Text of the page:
A fictional article on a satirical site has been published too soon after an incident that didn’t take place.

The latest scandal to grip the internet is about a fictional article being published too soon after an event that didn’t happen. The first to express his displeasure was Glenn Beuttenmiller, who tweeted: “Too soon! How dare you publish something like this after something like that.”

Glenn was joined in lobster cheeked rage by Terri Constanza, who replied to Glenn’s tweet with: “Something like that is food for thought. You should eat that food, unseasoned, and then you might have realised how outrageous it was to publish something like this so soon, if ever.”

Meanwhile on facebook, your Aunt shared the article and said: “Have you seen these people, they wrote something like this, the day after something like that? Like they are writing about events whilst they are new, how can you even call that news?”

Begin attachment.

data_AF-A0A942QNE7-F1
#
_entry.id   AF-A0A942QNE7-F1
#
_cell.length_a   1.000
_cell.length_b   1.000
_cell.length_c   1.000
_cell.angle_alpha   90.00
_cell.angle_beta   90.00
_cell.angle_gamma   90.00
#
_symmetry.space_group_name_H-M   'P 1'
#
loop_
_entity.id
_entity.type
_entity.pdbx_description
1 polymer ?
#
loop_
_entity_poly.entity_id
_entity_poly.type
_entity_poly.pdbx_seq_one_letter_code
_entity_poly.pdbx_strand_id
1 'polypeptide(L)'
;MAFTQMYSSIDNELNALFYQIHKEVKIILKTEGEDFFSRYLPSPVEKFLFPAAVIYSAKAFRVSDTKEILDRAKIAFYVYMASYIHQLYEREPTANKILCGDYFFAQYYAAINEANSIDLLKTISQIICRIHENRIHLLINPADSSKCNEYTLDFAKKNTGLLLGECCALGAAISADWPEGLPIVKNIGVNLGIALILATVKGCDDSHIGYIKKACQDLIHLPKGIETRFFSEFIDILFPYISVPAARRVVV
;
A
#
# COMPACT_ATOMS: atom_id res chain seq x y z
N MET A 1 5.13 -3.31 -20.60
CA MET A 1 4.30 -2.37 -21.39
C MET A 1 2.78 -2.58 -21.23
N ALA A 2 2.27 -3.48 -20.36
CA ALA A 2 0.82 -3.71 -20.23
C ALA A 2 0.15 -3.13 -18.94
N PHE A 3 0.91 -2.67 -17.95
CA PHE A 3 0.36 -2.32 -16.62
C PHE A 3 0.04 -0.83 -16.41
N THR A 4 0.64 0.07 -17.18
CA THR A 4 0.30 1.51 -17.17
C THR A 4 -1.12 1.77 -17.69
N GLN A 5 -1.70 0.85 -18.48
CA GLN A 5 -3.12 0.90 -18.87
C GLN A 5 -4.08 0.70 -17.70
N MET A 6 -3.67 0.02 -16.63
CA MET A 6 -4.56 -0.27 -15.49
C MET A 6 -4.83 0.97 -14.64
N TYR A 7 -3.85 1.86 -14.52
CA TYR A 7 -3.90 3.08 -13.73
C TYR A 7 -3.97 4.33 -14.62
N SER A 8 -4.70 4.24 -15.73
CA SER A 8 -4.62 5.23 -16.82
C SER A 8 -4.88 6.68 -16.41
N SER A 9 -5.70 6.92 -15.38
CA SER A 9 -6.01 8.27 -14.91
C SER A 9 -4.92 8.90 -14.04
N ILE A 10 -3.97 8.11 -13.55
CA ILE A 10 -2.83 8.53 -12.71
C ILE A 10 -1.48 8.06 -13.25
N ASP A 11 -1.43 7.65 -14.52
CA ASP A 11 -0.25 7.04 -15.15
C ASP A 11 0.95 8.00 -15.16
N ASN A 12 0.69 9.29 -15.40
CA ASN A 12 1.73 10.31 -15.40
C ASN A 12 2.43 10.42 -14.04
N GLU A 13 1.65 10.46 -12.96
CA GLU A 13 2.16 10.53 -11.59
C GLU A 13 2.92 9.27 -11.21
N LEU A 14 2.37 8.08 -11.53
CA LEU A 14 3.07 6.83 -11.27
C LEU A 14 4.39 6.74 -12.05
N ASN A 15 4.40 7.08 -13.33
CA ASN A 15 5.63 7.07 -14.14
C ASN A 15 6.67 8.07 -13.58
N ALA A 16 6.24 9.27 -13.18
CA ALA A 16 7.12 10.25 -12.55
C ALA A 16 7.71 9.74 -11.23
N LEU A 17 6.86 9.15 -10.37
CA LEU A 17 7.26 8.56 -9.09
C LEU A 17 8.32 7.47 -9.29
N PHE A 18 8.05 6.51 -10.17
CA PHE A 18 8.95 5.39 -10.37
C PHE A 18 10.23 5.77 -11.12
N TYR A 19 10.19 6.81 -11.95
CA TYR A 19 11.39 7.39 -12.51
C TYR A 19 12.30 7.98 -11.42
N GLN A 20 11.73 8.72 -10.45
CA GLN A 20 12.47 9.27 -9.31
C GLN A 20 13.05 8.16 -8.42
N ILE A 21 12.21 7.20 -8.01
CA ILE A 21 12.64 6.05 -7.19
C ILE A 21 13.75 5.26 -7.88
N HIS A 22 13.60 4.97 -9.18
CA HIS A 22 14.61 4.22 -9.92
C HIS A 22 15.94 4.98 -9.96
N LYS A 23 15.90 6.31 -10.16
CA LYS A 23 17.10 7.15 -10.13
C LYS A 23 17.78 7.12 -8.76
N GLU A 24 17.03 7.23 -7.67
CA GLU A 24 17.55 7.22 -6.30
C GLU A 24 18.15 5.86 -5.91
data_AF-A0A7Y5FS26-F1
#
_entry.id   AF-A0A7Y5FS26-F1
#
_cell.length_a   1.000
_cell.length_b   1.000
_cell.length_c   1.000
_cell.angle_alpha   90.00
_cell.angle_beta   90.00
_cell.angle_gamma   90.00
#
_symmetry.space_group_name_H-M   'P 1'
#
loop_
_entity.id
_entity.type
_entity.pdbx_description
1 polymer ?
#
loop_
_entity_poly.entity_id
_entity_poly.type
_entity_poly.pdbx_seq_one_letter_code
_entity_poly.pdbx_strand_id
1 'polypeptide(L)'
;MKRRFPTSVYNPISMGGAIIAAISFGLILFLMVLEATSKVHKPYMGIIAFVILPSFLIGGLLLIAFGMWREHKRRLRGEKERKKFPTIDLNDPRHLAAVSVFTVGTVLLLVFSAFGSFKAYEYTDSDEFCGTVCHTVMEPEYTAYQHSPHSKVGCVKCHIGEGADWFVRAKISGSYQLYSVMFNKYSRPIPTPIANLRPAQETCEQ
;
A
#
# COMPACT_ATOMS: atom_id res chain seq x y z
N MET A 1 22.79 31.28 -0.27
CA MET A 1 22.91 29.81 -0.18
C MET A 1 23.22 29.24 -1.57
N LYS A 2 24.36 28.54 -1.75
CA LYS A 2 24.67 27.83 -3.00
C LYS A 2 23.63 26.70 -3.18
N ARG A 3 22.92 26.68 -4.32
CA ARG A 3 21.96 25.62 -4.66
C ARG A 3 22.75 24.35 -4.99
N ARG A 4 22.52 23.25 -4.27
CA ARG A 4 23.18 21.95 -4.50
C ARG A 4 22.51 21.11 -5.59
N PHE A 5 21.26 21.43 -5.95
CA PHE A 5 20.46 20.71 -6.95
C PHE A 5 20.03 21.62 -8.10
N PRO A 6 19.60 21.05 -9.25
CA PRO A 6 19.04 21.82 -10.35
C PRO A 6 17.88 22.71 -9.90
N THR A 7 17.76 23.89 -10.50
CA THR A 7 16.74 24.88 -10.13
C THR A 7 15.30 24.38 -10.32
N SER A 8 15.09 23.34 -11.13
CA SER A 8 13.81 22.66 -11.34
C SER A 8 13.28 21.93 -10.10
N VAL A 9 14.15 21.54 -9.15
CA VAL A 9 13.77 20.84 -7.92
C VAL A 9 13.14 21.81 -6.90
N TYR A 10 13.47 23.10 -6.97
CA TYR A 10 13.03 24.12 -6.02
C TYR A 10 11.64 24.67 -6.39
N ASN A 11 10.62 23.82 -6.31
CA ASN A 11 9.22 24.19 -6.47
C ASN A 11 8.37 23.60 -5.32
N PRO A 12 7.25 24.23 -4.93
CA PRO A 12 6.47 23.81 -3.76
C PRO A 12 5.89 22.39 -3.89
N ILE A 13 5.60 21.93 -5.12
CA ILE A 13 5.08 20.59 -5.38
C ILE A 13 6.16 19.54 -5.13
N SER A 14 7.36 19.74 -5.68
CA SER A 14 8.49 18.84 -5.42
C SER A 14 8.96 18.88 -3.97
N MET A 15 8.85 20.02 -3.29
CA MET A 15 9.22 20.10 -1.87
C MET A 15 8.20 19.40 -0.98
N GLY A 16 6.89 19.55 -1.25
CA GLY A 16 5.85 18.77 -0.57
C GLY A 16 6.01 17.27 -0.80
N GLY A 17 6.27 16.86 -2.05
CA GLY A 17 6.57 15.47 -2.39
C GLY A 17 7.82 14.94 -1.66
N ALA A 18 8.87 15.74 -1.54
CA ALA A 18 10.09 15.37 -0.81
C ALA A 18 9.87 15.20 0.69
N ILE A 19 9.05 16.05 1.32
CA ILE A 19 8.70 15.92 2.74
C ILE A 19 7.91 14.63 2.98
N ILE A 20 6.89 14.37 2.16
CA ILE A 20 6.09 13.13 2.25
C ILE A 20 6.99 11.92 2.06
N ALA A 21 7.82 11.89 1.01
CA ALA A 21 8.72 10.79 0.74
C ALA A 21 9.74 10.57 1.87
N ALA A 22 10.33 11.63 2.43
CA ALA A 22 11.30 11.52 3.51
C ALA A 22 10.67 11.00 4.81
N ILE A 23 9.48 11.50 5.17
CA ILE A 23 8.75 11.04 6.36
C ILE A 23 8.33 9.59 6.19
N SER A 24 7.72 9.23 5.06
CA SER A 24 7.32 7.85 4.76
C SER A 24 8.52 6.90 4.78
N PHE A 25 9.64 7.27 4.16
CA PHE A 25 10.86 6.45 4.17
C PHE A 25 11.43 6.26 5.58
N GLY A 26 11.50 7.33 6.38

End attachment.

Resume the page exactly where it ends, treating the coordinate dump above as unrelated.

Ali Catt, the somewhat intolerable friend of your Aunt from the gym commented: “I know babes, it’s a disgrace isn’t it. I mean, people should make more effort to flag things up like that before they get published. It’s better to have a false flag early than to spread your opinion about things, especially something like that, that didn’t even happen.”

Meanwhile in the writers’ room, everyone agreed it was best to write something like this, before something like that had not happened. Then it could be re-published over and over rather than trying to write something new about something in the news for not happening.

Several years later, this approach of writing outright lies about things that didn’t happened, combined with pictures of semi-naked celebrities, has made the Mail Online one of the most popular satirical websites in the world.

Like many satirists, Johnny Wapping accepts he is an arsehole, and thinks society could be better if we were all willing to accept what arseholes we are. If you see him on Facebook, why not ask if he's read the article?